Bring The Heat First

By: Jennifer Hapanowicz – Founder USA Elite Training LLC & Virtual Softball Academy

 

The fastball is the foundation of the pitcher’s arsenal.  Too often pitchers and their parents overlook the importance of a fastball.  The fastball mechanics must be developed correctly into proper muscle memory.   And that means a lot of work, maybe 8000-10,000 proper repetitions to create.  Over the past 18 years of coaching softball pitchers, my favorite comment from a parent during an evaluation of a new pitching student, who I must add was only 11, “my daughter throws a curve, drop curve, curve rise, screwball, drop, rise in, and three change-ups.”  In my experience, no advanced level pitcher would have enough time to properly command this many pitches.   Also, there is no way any pitcher under the age of 13 could have enough physical strength to use the proper mechanics of these pitches.

 

Pitching is a skill, which requires time to develop.  The learning process and development of correct muscle memory for the fastball and change-up could take two to three years depending on the age of the athlete.  Based on my coaching experience, the pitcher who has focused on the mechanics and developing the speed of their fastball, change-up, and hitting their locations at the start of the their career has experienced more success.  In addition, a player who has learned and developed the proper fastball mechanics has experienced less injury and can sustain a longer pitching career.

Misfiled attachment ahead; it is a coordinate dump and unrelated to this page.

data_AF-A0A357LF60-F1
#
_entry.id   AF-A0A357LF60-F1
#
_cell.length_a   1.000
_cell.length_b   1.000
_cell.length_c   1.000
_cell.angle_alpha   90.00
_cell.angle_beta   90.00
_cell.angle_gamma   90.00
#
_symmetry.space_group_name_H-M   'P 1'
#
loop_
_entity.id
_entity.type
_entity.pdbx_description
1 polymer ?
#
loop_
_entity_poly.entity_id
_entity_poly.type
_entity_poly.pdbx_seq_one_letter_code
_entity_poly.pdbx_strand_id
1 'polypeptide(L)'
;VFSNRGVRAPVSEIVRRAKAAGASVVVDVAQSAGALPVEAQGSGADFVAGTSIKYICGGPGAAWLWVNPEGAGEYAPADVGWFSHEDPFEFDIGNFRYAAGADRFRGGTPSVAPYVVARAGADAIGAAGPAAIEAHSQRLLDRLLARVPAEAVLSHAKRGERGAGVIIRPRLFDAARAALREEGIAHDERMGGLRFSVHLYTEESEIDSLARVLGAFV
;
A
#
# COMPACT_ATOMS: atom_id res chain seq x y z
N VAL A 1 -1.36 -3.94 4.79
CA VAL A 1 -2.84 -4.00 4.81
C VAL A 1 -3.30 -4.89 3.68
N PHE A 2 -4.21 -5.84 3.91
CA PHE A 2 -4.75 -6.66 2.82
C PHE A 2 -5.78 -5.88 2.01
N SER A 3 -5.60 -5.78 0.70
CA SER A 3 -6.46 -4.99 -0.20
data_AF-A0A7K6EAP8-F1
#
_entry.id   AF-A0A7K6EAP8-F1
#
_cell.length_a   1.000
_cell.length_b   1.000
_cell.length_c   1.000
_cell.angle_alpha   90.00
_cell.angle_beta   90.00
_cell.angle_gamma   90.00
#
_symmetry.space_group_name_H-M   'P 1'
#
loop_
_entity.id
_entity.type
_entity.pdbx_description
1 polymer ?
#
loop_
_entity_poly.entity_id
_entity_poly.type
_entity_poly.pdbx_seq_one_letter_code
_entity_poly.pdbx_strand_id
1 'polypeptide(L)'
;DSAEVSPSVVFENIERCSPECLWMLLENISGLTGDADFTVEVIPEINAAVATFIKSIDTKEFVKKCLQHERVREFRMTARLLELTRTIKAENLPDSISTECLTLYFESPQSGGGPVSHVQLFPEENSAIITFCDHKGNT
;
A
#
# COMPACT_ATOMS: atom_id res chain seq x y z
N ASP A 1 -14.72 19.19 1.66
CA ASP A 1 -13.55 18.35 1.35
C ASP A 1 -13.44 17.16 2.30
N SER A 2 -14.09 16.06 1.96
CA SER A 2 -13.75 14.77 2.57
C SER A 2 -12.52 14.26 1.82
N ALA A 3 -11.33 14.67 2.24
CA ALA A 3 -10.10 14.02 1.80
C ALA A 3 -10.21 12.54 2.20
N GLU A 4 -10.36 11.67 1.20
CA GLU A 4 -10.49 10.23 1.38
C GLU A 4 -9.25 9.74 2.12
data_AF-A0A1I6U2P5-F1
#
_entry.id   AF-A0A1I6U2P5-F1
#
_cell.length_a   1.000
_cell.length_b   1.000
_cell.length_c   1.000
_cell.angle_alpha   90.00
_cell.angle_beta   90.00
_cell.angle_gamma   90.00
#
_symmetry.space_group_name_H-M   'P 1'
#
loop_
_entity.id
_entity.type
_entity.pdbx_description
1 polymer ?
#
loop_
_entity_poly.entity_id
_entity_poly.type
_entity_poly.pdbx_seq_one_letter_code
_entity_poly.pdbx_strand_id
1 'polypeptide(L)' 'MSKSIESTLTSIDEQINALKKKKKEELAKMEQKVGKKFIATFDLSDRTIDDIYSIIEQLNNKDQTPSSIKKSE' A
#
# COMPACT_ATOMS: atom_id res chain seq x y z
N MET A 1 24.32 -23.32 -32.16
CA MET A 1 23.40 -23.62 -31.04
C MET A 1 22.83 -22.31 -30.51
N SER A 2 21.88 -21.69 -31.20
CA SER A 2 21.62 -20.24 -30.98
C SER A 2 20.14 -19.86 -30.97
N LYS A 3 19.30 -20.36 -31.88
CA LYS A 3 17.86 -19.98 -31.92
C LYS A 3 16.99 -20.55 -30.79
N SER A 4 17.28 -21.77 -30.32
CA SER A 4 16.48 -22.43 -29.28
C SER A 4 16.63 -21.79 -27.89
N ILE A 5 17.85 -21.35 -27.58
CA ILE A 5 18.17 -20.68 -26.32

Players all want to learn the movement pitches.  Players and parents need to understand that the fastball mechanics are the foundation that all of your movement pitches will be built off of.   It is not uncommon to see a pitcher loose their fastball mechanics as they learn movement pitches, especially if they don’t’ continue to spend time working on their fastball.   At USA Elite Training, a pitcher’s first goal is to command their fastball and change-up.